FARMER groups are up in arms at a decision by Western Australian bulk handler CBH to introduce a separate segregation for feed barley desiccated with glyphosate.
While not commenting publicly on the issue, CBH has confirmed it will bring in a new segregation for feed barley with a pre-harvest application of glyphosate, a practice known as crop-topping.
The practice has been approved by the Australian Pesticides and Veterinary Medicines Authority (APVMA) since 2016.
CBH has told farmers the decision was made to maintain the reputation of Western Australian grain and that the crop-topped segregation is designed to minimise trade issues with countries where there is no defined maximum residue level (MRL) for glyphosate.
The largest export market for WA barley, China, is one country which does not have mandated MRLs for glyphosate in barley, meaning exports there could potentially be subject to zero tolerance to any glyphosate residue, although in practice exporters have said this is not the case at present.
It is believed discounts for the new segregation will be around $10 a tonne from feed barley untreated with glyphosate.
WAFarmers grains section president Duncan Young slammed the move.
“The China claim does not stack up as we are seeing Canadian feed barley currently going into China, at a higher price than Aussie feed barley and virtually all their crop is desiccated to get it to ripen before the weather turns cold,” Mr Young said.
“This sort of step indicates market failure and that is not the case.
“The timing is also appalling, farmers had committed to barley, it is already in the ground and people wanting to use the legal technique of crop topping as a means of minimising weed seed set are now left facing getting less for their product for no real reason.
“It is a slap in the face for growers, but also for the regulators like APVMA and FSANZ (Food Standards Australia New Zealand) who have ruled that the practice is safe.”
Mr Young said many WA growers felt the decision was about arbitraging higher end feed barley into the Chinese malt market.
Malt barley cannot be crop-topped as it must be able to germinate.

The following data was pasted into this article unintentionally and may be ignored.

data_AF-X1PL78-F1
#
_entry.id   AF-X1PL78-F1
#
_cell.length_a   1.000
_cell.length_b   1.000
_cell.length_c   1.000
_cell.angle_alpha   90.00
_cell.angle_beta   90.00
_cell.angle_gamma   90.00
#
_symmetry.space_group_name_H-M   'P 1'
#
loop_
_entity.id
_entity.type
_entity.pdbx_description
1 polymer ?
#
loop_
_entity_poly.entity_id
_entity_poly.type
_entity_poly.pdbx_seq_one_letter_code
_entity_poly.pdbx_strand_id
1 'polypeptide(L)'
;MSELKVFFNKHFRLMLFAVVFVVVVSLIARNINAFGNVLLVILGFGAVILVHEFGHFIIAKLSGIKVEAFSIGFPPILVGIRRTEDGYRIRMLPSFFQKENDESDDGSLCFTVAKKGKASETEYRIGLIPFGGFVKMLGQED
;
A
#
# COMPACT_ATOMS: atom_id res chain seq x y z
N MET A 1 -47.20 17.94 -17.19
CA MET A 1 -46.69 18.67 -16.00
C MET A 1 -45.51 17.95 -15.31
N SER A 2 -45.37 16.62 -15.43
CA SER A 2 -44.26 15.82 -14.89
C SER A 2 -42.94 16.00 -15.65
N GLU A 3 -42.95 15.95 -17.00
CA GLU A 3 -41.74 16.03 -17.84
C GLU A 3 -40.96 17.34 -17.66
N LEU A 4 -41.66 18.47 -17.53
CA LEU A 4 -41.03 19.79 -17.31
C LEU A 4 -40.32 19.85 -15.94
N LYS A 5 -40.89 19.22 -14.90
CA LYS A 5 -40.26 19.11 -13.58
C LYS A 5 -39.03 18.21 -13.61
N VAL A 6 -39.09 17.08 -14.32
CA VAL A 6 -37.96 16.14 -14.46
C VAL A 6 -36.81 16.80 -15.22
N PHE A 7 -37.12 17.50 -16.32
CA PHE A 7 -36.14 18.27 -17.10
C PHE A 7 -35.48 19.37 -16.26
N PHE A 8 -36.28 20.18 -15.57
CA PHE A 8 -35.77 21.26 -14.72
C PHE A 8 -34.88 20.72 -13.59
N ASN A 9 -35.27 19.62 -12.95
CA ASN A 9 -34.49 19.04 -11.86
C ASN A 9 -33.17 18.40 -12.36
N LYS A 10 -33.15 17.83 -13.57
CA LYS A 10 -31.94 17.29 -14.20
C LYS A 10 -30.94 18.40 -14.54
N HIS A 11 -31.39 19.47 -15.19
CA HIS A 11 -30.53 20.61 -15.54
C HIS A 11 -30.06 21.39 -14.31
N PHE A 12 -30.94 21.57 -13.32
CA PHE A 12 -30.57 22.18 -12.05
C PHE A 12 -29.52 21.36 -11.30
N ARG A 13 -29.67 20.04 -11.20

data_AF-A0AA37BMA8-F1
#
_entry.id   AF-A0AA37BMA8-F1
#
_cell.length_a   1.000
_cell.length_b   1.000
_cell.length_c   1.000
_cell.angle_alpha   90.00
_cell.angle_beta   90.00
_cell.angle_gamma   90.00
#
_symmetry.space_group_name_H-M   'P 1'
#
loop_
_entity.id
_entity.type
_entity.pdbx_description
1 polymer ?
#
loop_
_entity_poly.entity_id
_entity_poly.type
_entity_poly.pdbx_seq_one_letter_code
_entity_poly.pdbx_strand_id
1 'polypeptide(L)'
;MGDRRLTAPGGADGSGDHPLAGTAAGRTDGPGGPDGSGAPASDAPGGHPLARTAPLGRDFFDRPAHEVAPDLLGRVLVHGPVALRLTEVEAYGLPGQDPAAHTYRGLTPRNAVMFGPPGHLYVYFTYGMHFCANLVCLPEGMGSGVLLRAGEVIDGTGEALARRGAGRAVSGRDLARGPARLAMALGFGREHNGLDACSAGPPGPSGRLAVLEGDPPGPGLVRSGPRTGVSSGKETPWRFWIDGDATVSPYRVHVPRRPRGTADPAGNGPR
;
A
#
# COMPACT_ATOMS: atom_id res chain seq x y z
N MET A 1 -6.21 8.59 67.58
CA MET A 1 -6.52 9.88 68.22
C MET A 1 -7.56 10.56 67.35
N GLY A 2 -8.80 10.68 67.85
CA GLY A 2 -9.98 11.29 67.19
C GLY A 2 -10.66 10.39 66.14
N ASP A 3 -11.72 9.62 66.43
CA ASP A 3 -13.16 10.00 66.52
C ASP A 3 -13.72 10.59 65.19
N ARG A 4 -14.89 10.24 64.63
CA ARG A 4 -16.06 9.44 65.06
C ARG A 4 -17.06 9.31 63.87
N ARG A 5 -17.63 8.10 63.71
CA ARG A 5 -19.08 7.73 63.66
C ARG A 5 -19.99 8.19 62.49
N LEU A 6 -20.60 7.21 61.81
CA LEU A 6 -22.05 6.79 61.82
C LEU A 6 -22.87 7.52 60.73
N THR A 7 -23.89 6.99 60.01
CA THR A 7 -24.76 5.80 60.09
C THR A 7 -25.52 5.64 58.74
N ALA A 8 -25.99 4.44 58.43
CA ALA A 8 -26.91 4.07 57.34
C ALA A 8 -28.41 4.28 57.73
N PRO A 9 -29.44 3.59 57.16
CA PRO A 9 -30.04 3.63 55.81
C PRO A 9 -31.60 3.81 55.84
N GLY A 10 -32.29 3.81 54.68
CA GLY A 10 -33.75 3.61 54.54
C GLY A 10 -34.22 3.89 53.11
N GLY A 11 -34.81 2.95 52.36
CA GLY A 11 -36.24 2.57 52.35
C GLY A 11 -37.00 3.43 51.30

“If we are growing off-spec malt barley, not feed barley, then we should be paid accordingly.”
He said some farmers he had spoken to were looking at using alternative bulk handlers in response to the CBH decision.
“Bunge has indicated it will not discriminate between treated and untreated barley in its segregations but the problem there is it only has a small footprint.”
Andrew Weidemann, Grain Producers Australia chairman, was also steamed up.
“CBH are not supporting the Aussie regulatory system, issues such as this are why we have a regulator for farm chemicals,” Mr Weidemann said.
“What we have here is a case of the trade regulating MRLs which is not their role.”
It is not expected the CBH decision will see changes in policy for bulk handlers in other states.
Viterra confirmed it would not introduce a separate grade while it is understood GrainCorp is also remaining with the status quo.
“We are not intending to introduce a separate grade this harvest,” a Viterra spokesperson said.
“However, we have updated our Delivery Advice and Declaration Book for 2018/19 to expand the grower glyphosate declaration to all commodities which will assist in stock selection for international requirements.”
The spokesperson said residue management was done through the company’s quality management systems, which ensured it meet customer requirements.
For GrainCorp in particular there is less focus on the export market, with the majority of east coast feed barley consumed locally by the livestock industry.
This means the concerns about export MRLs could be seen as less of a priority given the majority of grain is consumed domestically.